An artist's conception of DA 14, the asteroid expected to whizz past Earth February 15 on the closest approach in history. Illustration courtesy P. Carril, ESA

Talk about too close for comfort. In a rare cosmic encounter, an asteroid will barnstorm Earth next week, missing our planet by a mere 17,200 miles (27,700 kilometers).

Designated 2012 DA14, the space rock is approximately 150 feet (45 meters) across, and astronomers are certain it will zip harmlessly past our planet on February 15—but not before making history. It will pass within the orbits of many communications satellites, making it the closest flyby on record. (Read about one of the largest asteroids to fly by Earth.)

"This is indeed a remarkably close approach for an asteroid this size," said Paul Chodas, a research scientist at NASA's Jet Propulsion Laboratory Near Earth Object (NEO) program office in Pasadena, California.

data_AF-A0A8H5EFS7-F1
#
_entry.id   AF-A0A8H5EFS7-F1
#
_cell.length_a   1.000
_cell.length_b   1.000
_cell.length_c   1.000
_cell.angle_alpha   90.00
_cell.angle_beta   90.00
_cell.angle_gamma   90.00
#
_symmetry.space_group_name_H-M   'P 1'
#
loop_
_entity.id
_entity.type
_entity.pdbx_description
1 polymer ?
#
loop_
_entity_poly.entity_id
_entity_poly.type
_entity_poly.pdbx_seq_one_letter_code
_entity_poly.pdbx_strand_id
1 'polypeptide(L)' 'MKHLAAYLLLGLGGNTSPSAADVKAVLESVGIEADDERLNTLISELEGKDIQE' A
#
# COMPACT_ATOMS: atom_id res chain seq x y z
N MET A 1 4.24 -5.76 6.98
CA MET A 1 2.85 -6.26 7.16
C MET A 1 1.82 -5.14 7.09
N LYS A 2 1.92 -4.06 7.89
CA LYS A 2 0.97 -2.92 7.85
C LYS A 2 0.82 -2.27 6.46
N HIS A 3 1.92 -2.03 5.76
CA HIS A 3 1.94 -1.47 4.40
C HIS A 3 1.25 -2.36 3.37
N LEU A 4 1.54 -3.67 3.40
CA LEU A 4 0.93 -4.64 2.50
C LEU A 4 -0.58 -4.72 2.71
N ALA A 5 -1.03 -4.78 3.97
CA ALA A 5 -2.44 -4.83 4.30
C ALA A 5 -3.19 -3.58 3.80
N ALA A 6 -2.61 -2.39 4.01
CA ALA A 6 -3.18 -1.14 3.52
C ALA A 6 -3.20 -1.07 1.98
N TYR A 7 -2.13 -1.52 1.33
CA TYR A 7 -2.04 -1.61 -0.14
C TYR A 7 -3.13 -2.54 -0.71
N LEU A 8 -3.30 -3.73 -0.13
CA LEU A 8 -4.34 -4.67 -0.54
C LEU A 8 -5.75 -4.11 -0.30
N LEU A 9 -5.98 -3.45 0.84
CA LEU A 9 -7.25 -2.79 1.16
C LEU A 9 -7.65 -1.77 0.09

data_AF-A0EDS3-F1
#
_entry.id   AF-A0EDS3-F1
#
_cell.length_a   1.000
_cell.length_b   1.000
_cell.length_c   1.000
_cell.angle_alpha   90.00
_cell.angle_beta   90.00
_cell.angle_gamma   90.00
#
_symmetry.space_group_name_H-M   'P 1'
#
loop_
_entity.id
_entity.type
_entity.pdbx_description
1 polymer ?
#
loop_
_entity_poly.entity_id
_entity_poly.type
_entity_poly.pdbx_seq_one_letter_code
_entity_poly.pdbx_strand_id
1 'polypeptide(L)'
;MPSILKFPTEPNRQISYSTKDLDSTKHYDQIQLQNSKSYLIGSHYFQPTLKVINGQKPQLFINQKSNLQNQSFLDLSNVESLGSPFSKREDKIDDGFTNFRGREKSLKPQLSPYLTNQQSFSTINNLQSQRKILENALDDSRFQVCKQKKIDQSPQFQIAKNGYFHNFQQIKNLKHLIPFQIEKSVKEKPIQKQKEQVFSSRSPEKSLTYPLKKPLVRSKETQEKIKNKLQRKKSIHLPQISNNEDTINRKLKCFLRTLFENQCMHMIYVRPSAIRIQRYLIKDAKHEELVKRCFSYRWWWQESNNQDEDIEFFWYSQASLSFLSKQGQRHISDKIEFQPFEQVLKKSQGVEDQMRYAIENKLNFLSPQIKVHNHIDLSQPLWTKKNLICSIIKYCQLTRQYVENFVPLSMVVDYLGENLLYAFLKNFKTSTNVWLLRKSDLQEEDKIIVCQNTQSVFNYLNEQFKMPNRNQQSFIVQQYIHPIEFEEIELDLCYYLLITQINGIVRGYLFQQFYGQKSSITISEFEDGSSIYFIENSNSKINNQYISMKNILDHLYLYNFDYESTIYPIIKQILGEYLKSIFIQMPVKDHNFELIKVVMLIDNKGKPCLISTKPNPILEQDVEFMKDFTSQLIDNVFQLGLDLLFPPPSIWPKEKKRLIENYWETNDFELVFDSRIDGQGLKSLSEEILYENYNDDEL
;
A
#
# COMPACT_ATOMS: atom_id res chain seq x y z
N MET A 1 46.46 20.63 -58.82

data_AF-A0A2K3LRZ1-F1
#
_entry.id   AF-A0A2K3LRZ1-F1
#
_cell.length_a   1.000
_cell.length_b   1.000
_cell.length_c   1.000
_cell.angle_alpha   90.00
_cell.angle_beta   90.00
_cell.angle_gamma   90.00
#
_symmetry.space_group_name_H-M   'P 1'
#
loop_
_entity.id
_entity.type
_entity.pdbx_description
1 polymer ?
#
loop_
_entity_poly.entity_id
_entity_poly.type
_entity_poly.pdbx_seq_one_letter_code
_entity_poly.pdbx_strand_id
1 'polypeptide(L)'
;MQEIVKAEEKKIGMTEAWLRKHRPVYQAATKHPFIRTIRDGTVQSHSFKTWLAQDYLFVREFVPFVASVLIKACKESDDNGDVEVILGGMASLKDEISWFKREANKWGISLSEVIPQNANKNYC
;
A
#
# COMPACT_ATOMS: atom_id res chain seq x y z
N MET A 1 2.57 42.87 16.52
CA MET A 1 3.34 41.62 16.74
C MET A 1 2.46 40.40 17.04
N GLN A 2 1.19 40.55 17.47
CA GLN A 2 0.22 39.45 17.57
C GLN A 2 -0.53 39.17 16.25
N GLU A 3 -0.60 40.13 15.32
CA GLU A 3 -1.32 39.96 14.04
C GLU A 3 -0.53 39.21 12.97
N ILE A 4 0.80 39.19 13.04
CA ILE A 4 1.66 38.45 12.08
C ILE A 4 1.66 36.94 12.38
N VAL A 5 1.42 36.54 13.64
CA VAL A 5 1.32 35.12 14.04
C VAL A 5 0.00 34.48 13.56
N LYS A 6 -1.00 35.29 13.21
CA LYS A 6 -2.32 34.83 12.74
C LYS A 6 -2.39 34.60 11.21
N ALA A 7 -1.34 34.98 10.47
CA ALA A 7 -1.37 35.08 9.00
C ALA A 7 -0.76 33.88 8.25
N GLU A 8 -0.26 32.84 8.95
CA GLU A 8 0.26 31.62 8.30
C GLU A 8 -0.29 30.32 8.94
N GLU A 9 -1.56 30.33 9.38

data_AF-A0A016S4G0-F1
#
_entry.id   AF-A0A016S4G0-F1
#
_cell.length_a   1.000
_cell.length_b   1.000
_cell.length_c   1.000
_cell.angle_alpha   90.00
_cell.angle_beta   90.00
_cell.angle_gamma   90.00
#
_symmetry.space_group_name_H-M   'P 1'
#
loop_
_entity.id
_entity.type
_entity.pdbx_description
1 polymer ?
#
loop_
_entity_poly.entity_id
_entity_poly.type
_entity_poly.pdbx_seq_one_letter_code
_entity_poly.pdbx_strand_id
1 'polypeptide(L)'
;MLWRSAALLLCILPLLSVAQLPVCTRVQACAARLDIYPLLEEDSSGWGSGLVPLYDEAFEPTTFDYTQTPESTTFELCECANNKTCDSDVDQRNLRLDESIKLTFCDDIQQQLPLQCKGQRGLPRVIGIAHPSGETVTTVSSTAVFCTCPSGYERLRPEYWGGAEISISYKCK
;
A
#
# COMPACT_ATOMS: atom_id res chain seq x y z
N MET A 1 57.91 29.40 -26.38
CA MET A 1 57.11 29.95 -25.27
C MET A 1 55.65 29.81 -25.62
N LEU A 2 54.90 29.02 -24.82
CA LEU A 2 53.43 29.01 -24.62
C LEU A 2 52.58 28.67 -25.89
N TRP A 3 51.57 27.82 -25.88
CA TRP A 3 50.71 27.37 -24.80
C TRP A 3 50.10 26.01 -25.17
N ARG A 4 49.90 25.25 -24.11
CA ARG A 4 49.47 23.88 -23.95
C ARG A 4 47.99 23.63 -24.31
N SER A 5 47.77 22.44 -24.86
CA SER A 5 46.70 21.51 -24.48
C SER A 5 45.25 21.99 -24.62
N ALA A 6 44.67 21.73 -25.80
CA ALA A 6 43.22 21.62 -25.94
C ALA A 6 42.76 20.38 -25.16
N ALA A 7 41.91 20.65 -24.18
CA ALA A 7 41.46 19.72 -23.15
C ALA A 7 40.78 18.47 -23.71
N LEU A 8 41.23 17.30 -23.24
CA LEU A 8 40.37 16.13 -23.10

"We estimate that an asteroid of this size passes this close to the Earth only once every few decades."

The giant rock—half a football field wide—was first spotted by observers at the La Sagra Observatory in southern Spain a year ago, soon after it had just finished making a much more distant pass of the Earth at 2.6 million miles (4.3 million kilometers) away.

This time around however, on February15 at 2:24 pm EST, the asteroid will be passing uncomfortably close—ten times closer than the orbit of the moon—flying over the eastern Indian Ocean near Sumatra (map). (Watch: "Moon 101.")

Future Impact?

More of the story, click image